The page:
Prince Of Foxes

In order to pay some of his bills for his own film production of Othello, Orson Welles costarred as Cesare Borgia in this black-and-white 1949 costume epic, filmed on location in Italy and starring Tyrone Power. Pretty nice to look at anyway, thanks to Leon Shamroy’s cinematography. Directed by Henry King and adapted by Milton Krims from Samuel Shellabarger’s novel; with Wanda Hendrix, Everett Sloane, and Katina Paxinou. (JR) Read more

Species Ii

A sequel to the 1995 SF chiller about a deadly artificial woman (Natasha Henstridge) created with the help of extraterrestrials. This follow-up costars Justin Lazard as an astronaut who accidentally becomes infected by a male alien on Mars and brings his deadly gook back to earth. The possessed astronaut immediately begins impregnating women, all of whom immediately give birth to mutants. Meanwhile, a genetics expert (Marg Helgenberger) from the first movie has created a supposedly peaceful artificial woman (Henstridge again) who’s enlisted to help track down the astronaut. Most of this is silly, dim-witted stuff, but a few of the shocks carry some of the crude power of Jack Arnold’s low-budget horror films of the 50s. Directed by Peter Medak from a script by Chris Brancato; with Michael Madsen, Mykelti Williamson, James Cromwell, and George Dzundza. (JR) Read more

The Bugs Bunny Film Festival: Fest Of The Best

Two amiable but far from definitive programs of Warner Brothers cartoons, tagged respectively Fest of the Best and Taz Gone Looney and containing 15 cartoons each. It seems criminal to include only one item by Tex Avery (A Wild Hare, 1940), the virtual inventor of Bugs Bunny, and nothing at all by Frank Tashlin, and it’s certainly regrettable to have none of Greg Ford’s recent witty and critical addenda to the canon. One can similarly question the decision to highlight the least interesting creature in the Warners menagerie, the Tasmanian Devil (the animated equivalent of Sylvester Stallone) over Foghorn Leghorn (a character worthy of Preston Sturges) and the Road Runner (Chuck Jones’s greatest conceptual principle), who are accorded only one cartoon apiece. But there are still plenty of classics here, especially Jones’s Duck Amuck, What’s Opera, Doc?, and One Froggy Evening, not to mention the latter’s belated sequel (receiving its Chicago premiere), two Oscar winners, and the first appearances of Bugs Bunny, Tweety Pie, the Road Runner, and even Pete Puma (who never appeared again). If you’re over ten, I’d recommend not seeing the two programs consecutively, and if you have to opt for just one, I’d suggest Fest of the Best, which includes the Avery, ten Chuck Jones items, three by Friz Freleng, and one by Bob Clampett. Read more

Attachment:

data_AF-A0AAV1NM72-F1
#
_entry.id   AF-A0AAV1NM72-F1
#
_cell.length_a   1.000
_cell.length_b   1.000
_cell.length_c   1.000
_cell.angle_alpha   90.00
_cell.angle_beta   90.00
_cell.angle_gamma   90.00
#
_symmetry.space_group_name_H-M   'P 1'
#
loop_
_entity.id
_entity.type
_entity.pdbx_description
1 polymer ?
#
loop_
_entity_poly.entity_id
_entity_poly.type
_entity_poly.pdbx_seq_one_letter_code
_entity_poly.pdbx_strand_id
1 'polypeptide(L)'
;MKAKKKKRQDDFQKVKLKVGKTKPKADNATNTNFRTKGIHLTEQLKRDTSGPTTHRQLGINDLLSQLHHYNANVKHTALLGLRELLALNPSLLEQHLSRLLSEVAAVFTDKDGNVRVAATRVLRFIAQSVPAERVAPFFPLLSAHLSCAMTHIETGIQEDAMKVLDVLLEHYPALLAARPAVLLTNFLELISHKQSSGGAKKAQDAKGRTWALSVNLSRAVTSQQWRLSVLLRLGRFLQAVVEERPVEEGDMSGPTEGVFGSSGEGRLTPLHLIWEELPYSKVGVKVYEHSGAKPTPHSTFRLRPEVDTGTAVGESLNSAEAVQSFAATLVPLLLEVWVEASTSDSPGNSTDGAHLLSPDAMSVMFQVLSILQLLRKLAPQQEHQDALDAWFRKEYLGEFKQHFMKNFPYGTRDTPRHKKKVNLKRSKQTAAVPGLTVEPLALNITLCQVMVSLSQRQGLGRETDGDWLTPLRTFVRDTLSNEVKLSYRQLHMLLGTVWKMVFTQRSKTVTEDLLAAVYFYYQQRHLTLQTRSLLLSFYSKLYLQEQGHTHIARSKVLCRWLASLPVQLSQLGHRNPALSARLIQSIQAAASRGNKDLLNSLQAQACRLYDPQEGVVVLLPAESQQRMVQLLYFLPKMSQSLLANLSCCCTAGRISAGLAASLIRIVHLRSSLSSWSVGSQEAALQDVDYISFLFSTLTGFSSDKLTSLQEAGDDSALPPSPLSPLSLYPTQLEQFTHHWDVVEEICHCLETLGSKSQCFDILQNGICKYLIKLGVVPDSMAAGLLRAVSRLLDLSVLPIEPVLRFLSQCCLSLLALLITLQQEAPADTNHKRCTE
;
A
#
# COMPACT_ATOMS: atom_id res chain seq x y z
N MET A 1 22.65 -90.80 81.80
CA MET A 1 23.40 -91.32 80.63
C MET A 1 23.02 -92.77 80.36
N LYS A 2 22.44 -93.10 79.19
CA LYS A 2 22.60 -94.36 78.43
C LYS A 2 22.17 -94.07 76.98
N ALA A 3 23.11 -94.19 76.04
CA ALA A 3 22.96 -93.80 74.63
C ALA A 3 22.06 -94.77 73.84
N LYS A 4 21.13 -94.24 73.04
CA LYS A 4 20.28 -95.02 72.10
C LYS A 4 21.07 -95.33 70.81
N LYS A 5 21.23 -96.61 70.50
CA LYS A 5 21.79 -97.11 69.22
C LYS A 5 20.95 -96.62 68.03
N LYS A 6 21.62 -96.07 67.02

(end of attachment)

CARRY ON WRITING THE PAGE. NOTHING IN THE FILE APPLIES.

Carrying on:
Tears Of A Clown

An expert ladies man in Harlem who’s riddled with financial woes (Andre Blake) sets about teaching his technique to his brother (Mekhi Phifer), an upstanding journalist who has less luck with women. The premise periodically threatens to become slick and misogynistic, but this fairly serious 1997 independent comedy, written, produced, and directed by Mandel Holland, manages to wind up both modest and likable. With Michele Morgan and Tangi Miller. (JR) Read more